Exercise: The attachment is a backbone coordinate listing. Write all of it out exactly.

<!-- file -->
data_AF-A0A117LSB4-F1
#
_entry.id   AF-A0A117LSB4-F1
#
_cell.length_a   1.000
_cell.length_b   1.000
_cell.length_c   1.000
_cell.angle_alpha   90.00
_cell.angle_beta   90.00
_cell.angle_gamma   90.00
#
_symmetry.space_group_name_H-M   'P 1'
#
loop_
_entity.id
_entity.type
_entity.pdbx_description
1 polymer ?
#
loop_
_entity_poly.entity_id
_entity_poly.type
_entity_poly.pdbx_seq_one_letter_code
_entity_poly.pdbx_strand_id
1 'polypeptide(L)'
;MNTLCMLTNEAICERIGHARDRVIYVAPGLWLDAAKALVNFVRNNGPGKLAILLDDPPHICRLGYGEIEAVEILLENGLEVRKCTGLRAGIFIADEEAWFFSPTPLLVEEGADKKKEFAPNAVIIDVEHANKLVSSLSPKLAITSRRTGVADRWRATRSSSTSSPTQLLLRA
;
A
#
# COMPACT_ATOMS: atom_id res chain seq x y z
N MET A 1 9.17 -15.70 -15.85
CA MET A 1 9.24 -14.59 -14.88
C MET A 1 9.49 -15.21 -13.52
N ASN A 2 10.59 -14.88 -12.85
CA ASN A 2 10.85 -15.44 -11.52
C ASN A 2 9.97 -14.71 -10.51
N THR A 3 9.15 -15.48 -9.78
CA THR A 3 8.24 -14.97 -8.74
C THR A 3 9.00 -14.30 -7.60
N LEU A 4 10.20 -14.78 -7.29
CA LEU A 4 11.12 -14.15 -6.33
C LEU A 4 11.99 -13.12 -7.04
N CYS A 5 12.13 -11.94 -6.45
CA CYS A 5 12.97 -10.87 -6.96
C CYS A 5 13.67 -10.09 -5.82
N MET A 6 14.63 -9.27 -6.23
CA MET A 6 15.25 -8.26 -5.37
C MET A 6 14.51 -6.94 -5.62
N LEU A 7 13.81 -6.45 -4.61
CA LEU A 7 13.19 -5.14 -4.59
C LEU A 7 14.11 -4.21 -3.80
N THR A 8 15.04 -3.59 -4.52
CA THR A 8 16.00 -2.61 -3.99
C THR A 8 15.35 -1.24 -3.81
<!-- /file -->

data_AF-A0A117LSB4-F1
#
_entry.id   AF-A0A117LSB4-F1
#
_cell.length_a   1.000
_cell.length_b   1.000
_cell.length_c   1.000
_cell.angle_alpha   90.00
_cell.angle_beta   90.00
_cell.angle_gamma   90.00
#
_symmetry.space_group_name_H-M   'P 1'
#
loop_
_entity.id
_entity.type
_entity.pdbx_description
1 polymer ?
#
loop_
_entity_poly.entity_id
_entity_poly.type
_entity_poly.pdbx_seq_one_letter_code
_entity_poly.pdbx_strand_id
1 'polypeptide(L)'
;MNTLCMLTNEAICERIGHARDRVIYVAPGLWLDAAKALVNFVRNNGPGKLAILLDDPPHICRLGYGEIEAVEILLENGLEVRKCTGLRAGIFIADEEAWFFSPTPLLVEEGADKKKEFAPNAVIIDVEHANKLVSSLSPKLAITSRRTGVADRWRATRSSSTSSPTQLLLRA
;
A
#
# COMPACT_ATOMS: atom_id res chain seq x y z
N MET A 1 9.17 -15.70 -15.85
CA MET A 1 9.24 -14.59 -14.88
C MET A 1 9.49 -15.21 -13.52
N ASN A 2 10.59 -14.88 -12.85
CA ASN A 2 10.85 -15.44 -11.52
C ASN A 2 9.97 -14.71 -10.51
N THR A 3 9.15 -15.48 -9.78
CA THR A 3 8.24 -14.97 -8.74
C THR A 3 9.00 -14.30 -7.60
N LEU A 4 10.20 -14.78 -7.29
CA LEU A 4 11.12 -14.15 -6.33
C LEU A 4 11.99 -13.12 -7.04
N CYS A 5 12.13 -11.94 -6.45
CA CYS A 5 12.97 -10.87 -6.96
C CYS A 5 13.67 -10.09 -5.82
N MET A 6 14.63 -9.27 -6.23
CA MET A 6 15.25 -8.26 -5.37
C MET A 6 14.51 -6.94 -5.62
N LEU A 7 13.81 -6.45 -4.61
CA LEU A 7 13.19 -5.14 -4.59
C LEU A 7 14.11 -4.21 -3.80
N THR A 8 15.04 -3.59 -4.52
CA THR A 8 16.00 -2.61 -3.99
C THR A 8 15.35 -1.24 -3.81